Saskatchewan: The Wild West of political party donations

Saskatchewan: The Wild West of political party donationsToronto – November 14, 2016 – Across Canada, more and more voters are asking questions about the access and influence that big money donors enjoy with the politicians who they support. The perception of being bought and the appearances of conflicts of interest are forcing some politicians to reluctantly look at changing the rules for donations to political parties and candidates.

For example, after investigative reports revealed the high number of donations that the Ontario government had collected from corporate CEOs and others to attend intimate and expensive gatherings with the Premier and influential cabinet ministers, the government was forced to act on this issue.

Now Saskatchewan is in the headlines after being exposed as Canada’s Wild West for political donations.  The governing Saskatchewan Party continues to allow corporate and union donations and has happily collected millions of dollars from corporate Saskatchewan, as well as money from out-of-province corporations. As one example, the SaskParty has received over $2 million in donations from the oil and gas industry in Alberta since the election of an NDP government in that province. Some are even wondering whether this development is a deliberate attempt at circumventing Alberta’s new tough election financing laws – enacted by the NDP – with the knowledge that Wall’s attacks would be well covered by the Alberta media.

Brad Wall has said that there are no plans to change Saskatchewan’s donation rules, even though polling has shown that 69 percent of Saskatchewan residents want to see out-of-province donations banned. But it’s not just corporations that have felt the need to donate to the SaskParty. Since 2006, the party has accepted thousands of dollars in donations from crown corporations, municipalities, school boards, universities, and registered charities. The fact that these organizations feel the need to donate to the governing party to be heard is frightening. It also means that publicly financed institutions are funneling taxpayer’s money back to a political party.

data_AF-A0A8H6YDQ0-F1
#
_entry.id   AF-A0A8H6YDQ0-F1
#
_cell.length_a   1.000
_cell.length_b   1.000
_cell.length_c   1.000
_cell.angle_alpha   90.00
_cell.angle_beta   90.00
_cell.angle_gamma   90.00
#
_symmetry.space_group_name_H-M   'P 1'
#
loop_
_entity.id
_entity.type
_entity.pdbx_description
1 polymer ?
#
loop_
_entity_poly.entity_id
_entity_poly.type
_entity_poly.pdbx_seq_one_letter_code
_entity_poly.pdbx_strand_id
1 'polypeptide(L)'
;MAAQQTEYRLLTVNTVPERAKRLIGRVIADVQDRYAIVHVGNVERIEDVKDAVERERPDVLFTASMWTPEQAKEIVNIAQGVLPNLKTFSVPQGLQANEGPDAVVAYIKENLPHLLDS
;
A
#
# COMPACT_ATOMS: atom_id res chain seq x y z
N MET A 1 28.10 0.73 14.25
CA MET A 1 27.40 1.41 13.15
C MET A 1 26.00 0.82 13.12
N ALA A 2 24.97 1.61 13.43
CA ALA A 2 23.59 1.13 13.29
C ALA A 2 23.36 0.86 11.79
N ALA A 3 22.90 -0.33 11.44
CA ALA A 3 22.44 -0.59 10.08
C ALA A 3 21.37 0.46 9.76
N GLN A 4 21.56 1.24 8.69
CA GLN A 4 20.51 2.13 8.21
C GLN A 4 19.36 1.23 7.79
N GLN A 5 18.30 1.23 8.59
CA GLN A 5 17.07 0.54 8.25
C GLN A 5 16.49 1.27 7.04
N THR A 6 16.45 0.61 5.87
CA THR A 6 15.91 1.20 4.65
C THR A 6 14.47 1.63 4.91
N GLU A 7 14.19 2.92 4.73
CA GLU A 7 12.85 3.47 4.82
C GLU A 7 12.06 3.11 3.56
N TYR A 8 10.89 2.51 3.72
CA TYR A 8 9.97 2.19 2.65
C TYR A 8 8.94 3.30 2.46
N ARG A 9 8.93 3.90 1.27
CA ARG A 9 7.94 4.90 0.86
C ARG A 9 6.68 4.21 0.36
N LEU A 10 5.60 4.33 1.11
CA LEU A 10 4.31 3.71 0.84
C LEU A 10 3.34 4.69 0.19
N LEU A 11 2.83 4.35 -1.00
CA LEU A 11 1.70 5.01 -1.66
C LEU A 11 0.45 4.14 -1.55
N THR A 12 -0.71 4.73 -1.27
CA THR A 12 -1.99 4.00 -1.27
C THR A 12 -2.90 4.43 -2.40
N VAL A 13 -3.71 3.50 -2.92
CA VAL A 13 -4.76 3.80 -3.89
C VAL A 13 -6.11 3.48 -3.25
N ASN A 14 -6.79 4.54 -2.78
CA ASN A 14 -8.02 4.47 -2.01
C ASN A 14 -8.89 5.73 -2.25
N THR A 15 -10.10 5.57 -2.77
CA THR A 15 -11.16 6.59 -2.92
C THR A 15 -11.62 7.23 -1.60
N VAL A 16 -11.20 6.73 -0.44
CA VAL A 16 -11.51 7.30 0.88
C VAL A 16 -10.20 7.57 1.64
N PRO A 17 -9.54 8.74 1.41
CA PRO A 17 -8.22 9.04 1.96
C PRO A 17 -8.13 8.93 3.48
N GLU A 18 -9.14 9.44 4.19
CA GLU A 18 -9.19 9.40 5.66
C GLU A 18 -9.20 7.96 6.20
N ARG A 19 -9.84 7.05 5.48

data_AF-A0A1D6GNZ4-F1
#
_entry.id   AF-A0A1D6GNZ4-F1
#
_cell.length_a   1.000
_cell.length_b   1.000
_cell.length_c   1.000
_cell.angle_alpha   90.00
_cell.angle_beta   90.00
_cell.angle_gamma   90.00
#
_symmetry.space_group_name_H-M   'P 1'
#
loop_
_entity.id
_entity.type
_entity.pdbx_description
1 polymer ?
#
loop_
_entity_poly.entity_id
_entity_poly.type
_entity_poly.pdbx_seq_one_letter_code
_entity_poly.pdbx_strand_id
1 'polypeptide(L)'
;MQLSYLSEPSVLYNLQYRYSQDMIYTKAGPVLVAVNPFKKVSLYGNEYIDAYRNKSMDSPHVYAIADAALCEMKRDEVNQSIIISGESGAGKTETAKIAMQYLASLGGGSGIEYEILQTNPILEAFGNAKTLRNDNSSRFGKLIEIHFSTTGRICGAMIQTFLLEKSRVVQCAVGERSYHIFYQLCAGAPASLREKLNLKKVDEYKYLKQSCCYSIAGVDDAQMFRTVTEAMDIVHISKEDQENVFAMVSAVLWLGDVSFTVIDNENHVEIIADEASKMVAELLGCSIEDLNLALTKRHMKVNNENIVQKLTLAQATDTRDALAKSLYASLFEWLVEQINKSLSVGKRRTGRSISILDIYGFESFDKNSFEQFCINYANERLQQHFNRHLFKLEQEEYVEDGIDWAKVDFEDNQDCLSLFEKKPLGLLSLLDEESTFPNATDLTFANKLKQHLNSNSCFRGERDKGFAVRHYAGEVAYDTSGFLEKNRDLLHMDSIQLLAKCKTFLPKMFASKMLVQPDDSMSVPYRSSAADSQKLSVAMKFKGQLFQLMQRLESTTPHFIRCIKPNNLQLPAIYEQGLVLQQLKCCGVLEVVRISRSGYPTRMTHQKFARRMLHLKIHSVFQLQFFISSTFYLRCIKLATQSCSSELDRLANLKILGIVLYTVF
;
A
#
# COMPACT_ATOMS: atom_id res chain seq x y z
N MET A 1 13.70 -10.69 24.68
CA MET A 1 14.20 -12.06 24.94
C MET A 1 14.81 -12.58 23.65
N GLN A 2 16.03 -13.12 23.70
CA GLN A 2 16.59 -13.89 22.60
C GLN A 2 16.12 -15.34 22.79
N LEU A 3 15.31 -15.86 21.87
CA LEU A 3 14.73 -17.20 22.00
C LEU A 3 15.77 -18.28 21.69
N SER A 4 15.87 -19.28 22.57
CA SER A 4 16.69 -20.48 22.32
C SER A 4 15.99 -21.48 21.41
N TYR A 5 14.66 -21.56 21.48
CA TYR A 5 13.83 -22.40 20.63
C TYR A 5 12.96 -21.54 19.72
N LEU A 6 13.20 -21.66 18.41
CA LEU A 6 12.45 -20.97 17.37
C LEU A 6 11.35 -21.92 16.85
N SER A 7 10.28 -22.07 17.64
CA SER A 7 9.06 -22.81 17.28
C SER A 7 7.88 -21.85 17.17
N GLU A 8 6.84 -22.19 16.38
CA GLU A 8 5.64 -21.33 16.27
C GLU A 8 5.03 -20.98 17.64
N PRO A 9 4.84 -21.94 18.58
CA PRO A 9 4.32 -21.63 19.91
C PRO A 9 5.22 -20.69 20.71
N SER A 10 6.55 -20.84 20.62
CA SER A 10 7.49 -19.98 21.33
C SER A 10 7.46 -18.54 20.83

In the last days of the Conservative regime in Alberta, the Progressive Conservatives were found to be illegally accepting donations from publically-funded organizations like school boards. They were then forced to pay that money back. But that hasn’t deterred the SaskParty from receiving similar donations.

The actions of the Saskatchewan government are a stark contrast to their neighbors in Alberta. A long time ago, Alberta banned out-of-province donations to political parties, and this is the law in almost every other jurisdiction in the country as well. One of the first acts of the new Alberta NDP government was to ban corporate and union donations, and the party also lowered individual contribution limits in order to reduce the influence of big money donors.

It is time for Saskatchewan to catch up with the rest of the country by banning charities and publically-funded institutions from donating to political parties, and outlawing corporate and union donations to parties. The Saskatchewan government should also lower individual contribution limits so that ‘big money’ does not have influence over the province’s political decision makers.